367 reviews60 followers
October 26, 2021
"Nesta fugaz Existência
que dura apenas uma hora
Quanto - quão
pouco - podemos"

Emily Dickinson


Este livro tem uma delicadeza que é raro encontrar.
Talvez sejam as imagens dos envelopes (a cor, a sugestão da textura, do toque - do objecto real que pode ser tocado); talvez sejam os poemas fragmentados, as palavras rasuradas (o mundo de bastidores, a vida privada, o processo de criação); ou talvez seja a própria letra da autora que carrega o peso da presença: eu estive aqui, eu escrevi isto... ("This is my letter to the world")... e é possível que a combinação de todos estes elementos sustente a delicadeza que encontro neste maravilhoso livro.
O livro foi reeditado recentemente, em Julho de 2021, e eu tive o privilégio de conseguir uma cópia na Feira do Livro de Lisboa.
Profile Image for William.
10 reviews5 followers
March 10, 2021
This little book contains fragments of poems and prose written by Emily Dickinson on pieces of envelopes and scraps of old-paper. The poems and the book itself are short. It does feel almost invasive, reading the passing thoughts and ideas of Emily Dickinson she never likely envisioned being published in a book for me to read.

This is definitely a book I will pick up from my shelf and flick through on a bored rainy Sunday.
It would make an excellent gift for someone who is into, or wants to get into poetry. The presentation of the book is beautifully simple and will make a fine addition to my collection.
Profile Image for Morgan.
92 reviews8 followers
January 24, 2022
“As there are apartment in our own minds that we never enter without apology — we should respect the seals of others.”

Profile Image for Fábio de Carvalho.
195 reviews7 followers
September 19, 2022
C'était un beau cadeau de ma belle Véro, qui sait que je tripe pas poésie en général, mais qui connait mon amour pour Emily Dickinson que j'ai découverte à travers l'émission Dickinson avec Hailee Steinfeld*. On a d'ailleurs sur notre conversation Messenger un emoji qui s'active quand on écrit les mots "Sentences of Plush", tirés du poème All the letters I can write, un de mes préférés.

D'entrée de jeu, ce sont pas les meilleurs poèmes d'Emily Dickinson (même s'il y a quand même des gros standouts), mais c'est tellement beau et intéressant de voir les scans colorés des manuscrits, écrits sur des lettres repliées pour en faire leur propre enveloppe, avec les hachures qu'impliquent un brouillon et les mots placés entre les lignes pour proposer des alternatives à certains vers des poèmes. Ça rendait le tout très personnel.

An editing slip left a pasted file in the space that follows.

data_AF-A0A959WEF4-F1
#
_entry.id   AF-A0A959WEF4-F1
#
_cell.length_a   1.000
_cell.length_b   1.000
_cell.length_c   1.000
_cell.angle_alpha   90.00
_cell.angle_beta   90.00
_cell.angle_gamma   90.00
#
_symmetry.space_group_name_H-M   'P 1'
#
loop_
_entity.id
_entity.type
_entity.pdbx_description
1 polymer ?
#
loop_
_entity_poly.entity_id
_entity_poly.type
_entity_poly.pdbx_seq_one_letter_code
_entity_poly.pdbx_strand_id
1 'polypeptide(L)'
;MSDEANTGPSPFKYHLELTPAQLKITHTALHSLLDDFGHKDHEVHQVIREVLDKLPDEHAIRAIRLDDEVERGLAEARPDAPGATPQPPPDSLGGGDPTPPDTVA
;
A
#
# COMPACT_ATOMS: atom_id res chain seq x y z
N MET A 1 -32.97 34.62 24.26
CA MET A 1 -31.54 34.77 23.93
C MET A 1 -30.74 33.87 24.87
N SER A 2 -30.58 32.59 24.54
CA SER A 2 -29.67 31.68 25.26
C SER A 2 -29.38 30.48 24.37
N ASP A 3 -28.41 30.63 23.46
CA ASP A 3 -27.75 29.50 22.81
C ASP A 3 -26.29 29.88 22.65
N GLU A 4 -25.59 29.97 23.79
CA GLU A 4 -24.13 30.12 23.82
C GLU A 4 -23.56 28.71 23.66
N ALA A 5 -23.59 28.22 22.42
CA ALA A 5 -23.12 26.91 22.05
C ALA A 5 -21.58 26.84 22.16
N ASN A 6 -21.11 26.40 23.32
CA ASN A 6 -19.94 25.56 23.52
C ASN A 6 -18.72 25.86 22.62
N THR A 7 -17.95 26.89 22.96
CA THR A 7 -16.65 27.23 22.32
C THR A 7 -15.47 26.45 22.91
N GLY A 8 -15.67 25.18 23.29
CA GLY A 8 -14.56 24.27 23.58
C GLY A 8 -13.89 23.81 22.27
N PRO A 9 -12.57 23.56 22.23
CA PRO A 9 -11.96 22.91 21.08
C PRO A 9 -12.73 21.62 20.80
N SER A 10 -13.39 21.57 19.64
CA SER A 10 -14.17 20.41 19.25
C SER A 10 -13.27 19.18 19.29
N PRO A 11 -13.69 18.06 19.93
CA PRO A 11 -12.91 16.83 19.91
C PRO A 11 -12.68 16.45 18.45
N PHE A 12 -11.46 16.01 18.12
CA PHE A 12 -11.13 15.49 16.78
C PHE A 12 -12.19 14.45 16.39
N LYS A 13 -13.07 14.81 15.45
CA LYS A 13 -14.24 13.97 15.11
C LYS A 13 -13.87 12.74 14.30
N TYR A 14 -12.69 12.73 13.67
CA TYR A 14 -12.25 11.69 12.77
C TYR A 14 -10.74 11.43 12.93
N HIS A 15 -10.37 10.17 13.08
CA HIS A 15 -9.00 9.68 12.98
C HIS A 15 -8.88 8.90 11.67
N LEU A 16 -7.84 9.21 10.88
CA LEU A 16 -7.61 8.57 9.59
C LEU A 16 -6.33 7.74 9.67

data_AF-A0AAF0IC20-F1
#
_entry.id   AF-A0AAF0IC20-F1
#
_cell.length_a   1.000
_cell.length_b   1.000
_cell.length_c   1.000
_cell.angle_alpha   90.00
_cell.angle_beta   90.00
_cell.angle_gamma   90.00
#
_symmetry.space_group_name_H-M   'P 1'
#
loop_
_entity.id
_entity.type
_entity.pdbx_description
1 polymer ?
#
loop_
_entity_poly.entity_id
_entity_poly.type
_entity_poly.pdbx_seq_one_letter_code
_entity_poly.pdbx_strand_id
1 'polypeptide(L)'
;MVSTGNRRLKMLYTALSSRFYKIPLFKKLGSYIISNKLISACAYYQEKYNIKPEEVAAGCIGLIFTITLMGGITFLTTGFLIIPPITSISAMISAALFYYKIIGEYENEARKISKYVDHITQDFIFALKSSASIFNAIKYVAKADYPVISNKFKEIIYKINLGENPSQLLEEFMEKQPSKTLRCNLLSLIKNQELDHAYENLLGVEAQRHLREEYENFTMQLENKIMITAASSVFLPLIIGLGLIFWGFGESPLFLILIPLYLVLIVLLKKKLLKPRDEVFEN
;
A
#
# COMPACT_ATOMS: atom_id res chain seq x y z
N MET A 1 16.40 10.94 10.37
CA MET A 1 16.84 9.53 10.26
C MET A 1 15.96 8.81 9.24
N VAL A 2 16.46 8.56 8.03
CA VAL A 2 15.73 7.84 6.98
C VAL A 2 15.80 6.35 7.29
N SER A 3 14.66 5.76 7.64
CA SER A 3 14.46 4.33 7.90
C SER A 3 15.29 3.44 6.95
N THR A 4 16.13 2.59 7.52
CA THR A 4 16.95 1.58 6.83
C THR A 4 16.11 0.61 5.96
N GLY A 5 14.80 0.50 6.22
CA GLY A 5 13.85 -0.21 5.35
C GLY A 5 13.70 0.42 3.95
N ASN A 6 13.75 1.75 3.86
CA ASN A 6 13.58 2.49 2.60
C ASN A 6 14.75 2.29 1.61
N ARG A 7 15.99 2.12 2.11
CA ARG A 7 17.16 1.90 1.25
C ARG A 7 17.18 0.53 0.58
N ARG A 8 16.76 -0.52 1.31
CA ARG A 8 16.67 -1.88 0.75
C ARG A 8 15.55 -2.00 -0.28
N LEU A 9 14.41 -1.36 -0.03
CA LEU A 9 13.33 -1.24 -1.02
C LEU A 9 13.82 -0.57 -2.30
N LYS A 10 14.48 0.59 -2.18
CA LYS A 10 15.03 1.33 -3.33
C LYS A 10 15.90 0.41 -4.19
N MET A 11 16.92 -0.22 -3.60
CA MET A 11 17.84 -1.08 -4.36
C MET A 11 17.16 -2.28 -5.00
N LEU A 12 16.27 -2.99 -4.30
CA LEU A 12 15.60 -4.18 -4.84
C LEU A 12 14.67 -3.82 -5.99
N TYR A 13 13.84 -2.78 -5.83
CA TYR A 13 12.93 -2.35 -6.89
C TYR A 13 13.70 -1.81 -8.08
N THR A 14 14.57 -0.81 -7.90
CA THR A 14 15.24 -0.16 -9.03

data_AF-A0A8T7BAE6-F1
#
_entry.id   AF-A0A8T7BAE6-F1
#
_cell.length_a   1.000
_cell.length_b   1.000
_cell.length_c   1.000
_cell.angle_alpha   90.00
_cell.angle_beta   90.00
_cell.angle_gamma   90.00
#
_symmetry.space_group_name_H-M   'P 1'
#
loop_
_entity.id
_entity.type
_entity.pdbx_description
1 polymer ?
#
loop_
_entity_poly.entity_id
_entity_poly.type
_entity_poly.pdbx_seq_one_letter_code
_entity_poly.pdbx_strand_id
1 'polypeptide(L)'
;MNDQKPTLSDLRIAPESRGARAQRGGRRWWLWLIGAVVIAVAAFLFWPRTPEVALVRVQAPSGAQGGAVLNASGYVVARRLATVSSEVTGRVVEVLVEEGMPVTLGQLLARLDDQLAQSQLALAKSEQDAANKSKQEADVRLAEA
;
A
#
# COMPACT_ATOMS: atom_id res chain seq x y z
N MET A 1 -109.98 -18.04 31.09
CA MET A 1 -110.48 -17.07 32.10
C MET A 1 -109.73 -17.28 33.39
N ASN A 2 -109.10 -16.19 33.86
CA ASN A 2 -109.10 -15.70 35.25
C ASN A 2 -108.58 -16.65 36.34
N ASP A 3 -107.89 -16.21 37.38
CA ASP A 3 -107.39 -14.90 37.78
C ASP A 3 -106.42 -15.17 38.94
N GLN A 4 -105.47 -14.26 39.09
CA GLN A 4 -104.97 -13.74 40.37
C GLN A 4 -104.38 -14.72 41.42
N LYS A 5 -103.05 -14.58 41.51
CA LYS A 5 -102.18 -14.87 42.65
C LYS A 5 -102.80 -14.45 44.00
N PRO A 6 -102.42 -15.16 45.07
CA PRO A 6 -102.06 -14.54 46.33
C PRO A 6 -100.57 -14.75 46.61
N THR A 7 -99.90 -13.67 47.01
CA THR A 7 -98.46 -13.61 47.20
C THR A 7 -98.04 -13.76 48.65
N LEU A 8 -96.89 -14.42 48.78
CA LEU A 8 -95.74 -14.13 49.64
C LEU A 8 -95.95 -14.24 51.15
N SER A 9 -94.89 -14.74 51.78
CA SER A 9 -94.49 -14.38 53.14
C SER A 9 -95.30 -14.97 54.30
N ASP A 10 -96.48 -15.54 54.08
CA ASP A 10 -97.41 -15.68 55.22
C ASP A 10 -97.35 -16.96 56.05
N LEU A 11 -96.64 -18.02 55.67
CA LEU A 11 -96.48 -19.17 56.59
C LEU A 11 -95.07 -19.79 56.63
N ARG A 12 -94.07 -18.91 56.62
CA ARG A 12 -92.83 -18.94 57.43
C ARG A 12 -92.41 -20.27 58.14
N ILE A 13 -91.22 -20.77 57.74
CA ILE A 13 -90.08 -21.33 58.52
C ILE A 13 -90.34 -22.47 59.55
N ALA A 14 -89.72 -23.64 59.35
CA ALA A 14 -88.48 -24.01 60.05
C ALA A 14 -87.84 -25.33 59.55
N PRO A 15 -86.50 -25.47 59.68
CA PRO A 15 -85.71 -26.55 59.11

* Véro m'a d'ailleurs dit quand on écoutait l'émission qu'Hailee Steinfeld était physiquement la version féminine de moi, puis je suis d'accord et ça me plait beaucoup. Elle m'a par contre aussi dit quelques mois plus tard qu'elle trouvait qu'Hailee Steinfeld avait l'air niaiseuse. It was the longest con :'(
Profile Image for ιφιγένεια παπούλη.
125 reviews12 followers
August 24, 2021
ποιήματα πάνω σε φακέλους αλληλογραφίας, σε γραμματόσημα και ονόματα αποστολέων. ένα όμορφο βιβλίο που αναρωτιέται (κι αυτό) τι σχέση έχει η γραφή με τα υλικά της, τα χαρτιά, τα μολύβια, τις άτακτες γραμμές.

*Look back
on Time
with kindly
Eyes -

He doubtless
did his best -
Profile Image for kara.
62 reviews5 followers
January 1, 2021
but are not all facts dreams as soon as we put them behind us
Profile Image for Kyo.
396 reviews2 followers
September 25, 2020
An absolutely stunning way of reading Dickinson's poetry! Every page has a (smaller) facismile copy of the original letters with a reconstruction on the opposite page (very useful, especially at the beginning, since Dickinson's hand writing is very distinct but difficult to read at first). It's very interesting to see how Dickinson wrote these (snippets of) poems, so if you like Dickinson I'd definitely recommend this (but maybe not as the first thing you ever read of her; they are not really 'complete' poems, so perhaps then first a collection or at least a couple of them (they're so short, it's very quickly done (and very good))!
Profile Image for Maria J.
2 reviews
January 4, 2023
a super quick read, literally took me 25 minutes to finish. It's so cool to see the poems in her own handwriting on scraps of random envelopes. but a lot of them don't make a lot of sense and are just random ideas stringed together. my rating literally comes from the aesthetic appeal of the book, I am in fact judging a book by its cover.
Profile Image for chey.
78 reviews
December 13, 2020
this book is so beautiful i just want to display it forever. tiny gems of dickinson quite literally written on envelopes.
Displaying 1 - 30 of 333 reviews